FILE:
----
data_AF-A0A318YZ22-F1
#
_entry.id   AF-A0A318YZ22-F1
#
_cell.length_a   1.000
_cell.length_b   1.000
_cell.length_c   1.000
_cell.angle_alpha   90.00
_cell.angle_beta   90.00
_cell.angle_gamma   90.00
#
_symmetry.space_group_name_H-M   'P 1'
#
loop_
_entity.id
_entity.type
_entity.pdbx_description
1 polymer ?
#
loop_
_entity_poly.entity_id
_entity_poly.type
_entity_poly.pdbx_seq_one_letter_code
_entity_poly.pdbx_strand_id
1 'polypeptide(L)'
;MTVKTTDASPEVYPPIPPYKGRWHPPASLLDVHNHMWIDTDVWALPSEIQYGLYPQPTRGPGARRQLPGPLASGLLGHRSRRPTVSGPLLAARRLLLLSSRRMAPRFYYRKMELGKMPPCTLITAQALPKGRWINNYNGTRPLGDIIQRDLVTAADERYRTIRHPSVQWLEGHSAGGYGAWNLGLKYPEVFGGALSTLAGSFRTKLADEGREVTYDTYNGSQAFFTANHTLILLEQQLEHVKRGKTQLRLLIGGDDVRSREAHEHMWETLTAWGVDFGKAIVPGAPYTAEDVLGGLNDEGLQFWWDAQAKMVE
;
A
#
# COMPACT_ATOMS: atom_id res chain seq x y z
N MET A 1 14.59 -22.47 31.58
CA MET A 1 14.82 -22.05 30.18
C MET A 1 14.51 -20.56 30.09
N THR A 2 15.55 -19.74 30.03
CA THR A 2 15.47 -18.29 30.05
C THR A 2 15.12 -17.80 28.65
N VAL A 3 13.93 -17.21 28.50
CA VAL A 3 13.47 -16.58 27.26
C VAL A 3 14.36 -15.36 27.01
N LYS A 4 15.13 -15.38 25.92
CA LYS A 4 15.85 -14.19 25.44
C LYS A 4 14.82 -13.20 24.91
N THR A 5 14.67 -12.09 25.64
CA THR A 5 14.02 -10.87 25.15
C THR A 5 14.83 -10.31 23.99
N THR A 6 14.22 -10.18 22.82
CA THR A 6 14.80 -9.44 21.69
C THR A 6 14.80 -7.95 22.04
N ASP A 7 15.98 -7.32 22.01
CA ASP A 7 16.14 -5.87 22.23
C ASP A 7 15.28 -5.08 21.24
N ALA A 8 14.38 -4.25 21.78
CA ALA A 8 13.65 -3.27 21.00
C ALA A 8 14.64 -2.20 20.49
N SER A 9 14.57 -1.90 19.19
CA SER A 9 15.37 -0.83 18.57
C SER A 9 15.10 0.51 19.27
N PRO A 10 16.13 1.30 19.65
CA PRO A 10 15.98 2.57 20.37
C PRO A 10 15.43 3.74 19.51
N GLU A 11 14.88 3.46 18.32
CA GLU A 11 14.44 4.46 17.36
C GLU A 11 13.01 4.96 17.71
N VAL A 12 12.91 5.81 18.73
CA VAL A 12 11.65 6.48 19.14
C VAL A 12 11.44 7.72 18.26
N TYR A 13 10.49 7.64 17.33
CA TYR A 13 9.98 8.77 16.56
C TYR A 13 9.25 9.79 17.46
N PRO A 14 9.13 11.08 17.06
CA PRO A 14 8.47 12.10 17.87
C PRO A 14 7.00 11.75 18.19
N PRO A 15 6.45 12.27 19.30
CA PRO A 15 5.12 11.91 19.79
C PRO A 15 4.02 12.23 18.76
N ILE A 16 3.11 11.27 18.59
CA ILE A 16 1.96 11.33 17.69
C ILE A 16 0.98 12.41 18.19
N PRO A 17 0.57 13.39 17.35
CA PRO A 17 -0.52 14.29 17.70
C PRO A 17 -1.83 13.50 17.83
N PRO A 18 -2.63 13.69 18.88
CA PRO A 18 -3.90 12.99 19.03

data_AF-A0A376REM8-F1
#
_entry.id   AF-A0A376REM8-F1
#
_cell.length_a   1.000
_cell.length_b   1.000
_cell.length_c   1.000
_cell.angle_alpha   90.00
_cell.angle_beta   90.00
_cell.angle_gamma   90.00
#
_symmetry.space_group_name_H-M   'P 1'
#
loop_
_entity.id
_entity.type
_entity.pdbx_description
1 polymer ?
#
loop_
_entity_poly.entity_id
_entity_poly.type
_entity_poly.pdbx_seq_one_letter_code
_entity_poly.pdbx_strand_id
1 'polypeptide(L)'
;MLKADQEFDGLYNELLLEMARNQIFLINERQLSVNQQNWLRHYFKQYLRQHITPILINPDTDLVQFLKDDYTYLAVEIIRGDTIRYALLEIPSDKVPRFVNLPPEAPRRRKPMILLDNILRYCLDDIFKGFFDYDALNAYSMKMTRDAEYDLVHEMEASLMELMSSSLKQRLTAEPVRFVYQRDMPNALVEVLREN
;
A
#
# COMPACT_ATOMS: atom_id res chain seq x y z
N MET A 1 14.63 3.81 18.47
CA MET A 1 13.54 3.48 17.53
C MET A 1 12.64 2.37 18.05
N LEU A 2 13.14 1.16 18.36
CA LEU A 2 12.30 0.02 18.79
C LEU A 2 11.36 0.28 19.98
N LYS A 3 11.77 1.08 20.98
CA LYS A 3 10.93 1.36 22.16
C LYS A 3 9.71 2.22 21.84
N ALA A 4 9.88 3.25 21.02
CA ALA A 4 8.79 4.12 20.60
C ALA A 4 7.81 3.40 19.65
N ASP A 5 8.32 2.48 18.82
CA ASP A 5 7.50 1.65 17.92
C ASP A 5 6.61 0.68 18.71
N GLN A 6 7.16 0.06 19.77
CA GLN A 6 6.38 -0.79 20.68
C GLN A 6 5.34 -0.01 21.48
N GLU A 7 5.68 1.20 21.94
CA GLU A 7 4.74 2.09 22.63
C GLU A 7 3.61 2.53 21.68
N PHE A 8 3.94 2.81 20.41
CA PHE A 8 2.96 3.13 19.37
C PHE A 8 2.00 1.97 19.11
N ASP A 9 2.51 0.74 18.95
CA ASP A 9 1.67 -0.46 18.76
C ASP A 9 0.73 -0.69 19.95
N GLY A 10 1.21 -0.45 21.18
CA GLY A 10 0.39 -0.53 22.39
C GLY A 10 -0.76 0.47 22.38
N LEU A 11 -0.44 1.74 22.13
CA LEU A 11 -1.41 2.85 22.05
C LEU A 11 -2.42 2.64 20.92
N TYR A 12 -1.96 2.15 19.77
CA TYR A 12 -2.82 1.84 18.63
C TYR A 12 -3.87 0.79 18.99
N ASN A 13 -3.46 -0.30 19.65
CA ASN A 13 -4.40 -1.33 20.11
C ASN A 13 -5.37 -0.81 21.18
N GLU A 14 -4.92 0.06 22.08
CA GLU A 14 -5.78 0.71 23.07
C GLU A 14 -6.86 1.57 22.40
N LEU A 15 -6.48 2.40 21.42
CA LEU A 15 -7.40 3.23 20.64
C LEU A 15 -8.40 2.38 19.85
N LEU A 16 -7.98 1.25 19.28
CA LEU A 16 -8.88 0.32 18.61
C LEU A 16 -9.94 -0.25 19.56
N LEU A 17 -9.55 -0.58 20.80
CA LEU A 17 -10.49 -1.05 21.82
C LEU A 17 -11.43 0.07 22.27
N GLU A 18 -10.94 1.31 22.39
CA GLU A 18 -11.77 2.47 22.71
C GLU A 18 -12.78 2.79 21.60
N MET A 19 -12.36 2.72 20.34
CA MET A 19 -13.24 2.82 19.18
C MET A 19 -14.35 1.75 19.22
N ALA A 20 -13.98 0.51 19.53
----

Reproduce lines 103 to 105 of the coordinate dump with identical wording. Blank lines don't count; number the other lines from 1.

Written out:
loop_
_entity_poly.entity_id
_entity_poly.type